Article by Peter Milne courtesy of the Sydney Morning Herald.
Royalties from iron ore to feed the steel mills of China have allowed Western Australia to emerge from the pandemic with a surplus while NSW and Victoria face years of growing debt.
The mines in the Pilbara region will deliver Premier Mark McGowan $10.3 billion this financial year, allowing the resource state to record a $5.7 billion surplus and cut net debt for the third year running.
WA is predicting its net debt will be stable at about 50 per cent of revenue for the next five years. In contrast, WA budget papers show Victoria spiralling to a 200 per cent debt-to-revenue ratio by 2026 and NSW reaching about 120 per cent.
The Pilbara miners – predominantly Rio Tinto, BHP, Andrew Forrest’s Fortescue and Gina Rinehart’s Roy Hill – are predicted to ship more than 850 million tonnes of iron ore in the 12 months to June 30 2022, at an average delivered price of $US139.5 a tonne.
The WA government earns more from iron ore than land tax, stamp duty and payroll tax combined.McGowan, delivering his second budget as Treasurer on Thursday, is not betting on the iron ore bull market, which produced a record high price of $US236 a tonne a year ago, continuing.
Volatility in the iron ore price and the $US exchange rate are the largest risks to the McGowan government’s revenue, and with China consuming 70 per cent of global iron ore trade WA has a lot riding on one product to one market.
Wanting to avoid the fate of his Liberal predecessors –former premier Colin Barnett and then former state treasurer Christian Porter, who launched a spending spree on the assumption the last iron ore boom would continue, producing huge debt and a 2017 election defeat – McGowan, like the federal government, is conservative in his estimate of future prices.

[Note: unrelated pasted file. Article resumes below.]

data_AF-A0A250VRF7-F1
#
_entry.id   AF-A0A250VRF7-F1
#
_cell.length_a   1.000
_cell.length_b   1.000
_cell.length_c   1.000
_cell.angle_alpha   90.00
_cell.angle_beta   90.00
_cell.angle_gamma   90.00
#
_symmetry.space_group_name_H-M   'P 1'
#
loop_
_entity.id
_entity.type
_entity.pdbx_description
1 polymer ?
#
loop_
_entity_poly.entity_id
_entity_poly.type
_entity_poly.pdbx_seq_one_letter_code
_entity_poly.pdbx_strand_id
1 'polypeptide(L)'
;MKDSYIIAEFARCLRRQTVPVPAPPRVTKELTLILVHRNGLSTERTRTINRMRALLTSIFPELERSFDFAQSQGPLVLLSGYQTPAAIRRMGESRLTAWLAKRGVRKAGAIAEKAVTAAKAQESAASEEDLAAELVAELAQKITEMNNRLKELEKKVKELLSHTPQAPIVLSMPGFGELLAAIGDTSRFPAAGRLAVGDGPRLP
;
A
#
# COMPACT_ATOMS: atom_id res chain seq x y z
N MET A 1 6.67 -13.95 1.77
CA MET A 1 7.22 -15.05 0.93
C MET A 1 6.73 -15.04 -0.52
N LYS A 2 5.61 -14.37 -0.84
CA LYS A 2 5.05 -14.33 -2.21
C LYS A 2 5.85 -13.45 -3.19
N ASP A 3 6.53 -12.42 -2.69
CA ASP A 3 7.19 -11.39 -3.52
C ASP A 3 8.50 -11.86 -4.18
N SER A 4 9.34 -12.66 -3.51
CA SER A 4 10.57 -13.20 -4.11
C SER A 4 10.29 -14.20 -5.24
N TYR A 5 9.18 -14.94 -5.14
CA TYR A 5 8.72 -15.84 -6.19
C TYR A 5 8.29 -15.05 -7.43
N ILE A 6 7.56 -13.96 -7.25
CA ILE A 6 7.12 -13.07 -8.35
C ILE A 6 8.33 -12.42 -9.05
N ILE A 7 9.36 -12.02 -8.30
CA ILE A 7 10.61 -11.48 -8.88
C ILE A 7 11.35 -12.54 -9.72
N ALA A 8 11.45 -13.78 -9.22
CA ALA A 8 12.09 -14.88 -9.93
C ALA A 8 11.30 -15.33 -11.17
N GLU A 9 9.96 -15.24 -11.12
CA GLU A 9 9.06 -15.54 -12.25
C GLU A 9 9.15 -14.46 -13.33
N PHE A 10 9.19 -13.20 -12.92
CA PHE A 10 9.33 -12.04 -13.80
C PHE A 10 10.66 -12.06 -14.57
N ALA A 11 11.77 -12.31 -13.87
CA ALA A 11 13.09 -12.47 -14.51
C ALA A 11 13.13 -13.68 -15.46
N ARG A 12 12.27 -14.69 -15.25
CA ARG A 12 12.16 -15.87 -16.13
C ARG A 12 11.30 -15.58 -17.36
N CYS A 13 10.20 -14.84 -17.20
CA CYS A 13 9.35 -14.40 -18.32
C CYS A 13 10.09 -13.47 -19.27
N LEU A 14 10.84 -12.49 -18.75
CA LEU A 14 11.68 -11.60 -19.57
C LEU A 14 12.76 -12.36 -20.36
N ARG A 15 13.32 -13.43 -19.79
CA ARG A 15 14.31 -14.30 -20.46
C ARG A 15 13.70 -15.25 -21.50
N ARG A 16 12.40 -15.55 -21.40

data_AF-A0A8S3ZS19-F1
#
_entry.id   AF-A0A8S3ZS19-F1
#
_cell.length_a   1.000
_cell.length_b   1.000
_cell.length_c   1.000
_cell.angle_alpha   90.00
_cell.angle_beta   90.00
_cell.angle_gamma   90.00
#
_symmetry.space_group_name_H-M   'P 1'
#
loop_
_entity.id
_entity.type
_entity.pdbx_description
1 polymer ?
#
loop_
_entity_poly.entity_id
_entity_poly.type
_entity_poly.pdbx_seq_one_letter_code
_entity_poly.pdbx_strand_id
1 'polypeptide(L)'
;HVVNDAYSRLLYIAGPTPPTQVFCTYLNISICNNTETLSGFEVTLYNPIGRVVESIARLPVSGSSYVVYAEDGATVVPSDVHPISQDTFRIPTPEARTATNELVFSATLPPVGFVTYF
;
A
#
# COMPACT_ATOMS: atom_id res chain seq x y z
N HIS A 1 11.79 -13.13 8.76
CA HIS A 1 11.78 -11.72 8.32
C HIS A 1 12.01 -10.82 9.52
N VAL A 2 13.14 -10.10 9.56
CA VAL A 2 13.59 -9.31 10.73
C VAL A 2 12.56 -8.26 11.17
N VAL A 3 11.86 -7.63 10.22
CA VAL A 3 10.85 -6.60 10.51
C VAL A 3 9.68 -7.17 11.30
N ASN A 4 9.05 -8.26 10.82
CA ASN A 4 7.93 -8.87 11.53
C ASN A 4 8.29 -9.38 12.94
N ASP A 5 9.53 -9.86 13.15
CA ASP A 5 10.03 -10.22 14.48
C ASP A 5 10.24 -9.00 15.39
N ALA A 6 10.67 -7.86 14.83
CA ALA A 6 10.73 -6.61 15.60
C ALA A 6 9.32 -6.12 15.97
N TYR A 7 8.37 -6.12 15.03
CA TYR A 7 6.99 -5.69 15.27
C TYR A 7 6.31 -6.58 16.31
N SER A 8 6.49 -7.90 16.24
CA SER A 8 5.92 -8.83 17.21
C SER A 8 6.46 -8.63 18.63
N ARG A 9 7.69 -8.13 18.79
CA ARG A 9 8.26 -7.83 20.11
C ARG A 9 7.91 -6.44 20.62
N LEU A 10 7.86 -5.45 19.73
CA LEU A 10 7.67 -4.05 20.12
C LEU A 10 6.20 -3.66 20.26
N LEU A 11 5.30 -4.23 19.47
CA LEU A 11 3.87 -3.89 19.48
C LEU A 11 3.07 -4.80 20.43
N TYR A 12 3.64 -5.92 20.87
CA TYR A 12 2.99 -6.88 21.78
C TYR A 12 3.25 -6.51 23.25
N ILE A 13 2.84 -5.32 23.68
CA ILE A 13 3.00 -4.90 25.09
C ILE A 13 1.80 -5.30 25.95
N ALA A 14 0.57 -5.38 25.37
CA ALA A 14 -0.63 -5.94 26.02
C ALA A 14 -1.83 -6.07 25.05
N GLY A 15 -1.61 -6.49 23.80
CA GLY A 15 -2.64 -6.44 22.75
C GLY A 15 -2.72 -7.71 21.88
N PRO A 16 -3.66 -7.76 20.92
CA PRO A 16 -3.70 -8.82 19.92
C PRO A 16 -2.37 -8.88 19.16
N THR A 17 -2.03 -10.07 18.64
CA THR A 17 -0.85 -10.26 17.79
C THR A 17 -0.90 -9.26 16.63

In the coming financial year, iron ore is assumed to fetch $US77.5 a tonne, a 44 per cent reduction, and return to the long-term average price of $US66 a tonne from mid-2023.
Iron ore will deliver almost 90 per cent of WA’s royalty income, from mining and oil and gas extraction.
The state’s huge exports of liquified natural gas deliver no royalties to WA as the reserves are offshore in Commonwealth waters, with one exception. Woodside’s North West Shelf project is estimated to pay $921 million to WA in 2022-23 from a revenue-sharing deal struck with Canberra in the 1970s. However annual North West Shelf royalties are expected to decline more than 40 per cent within four years due to declining production and lower global oil prices.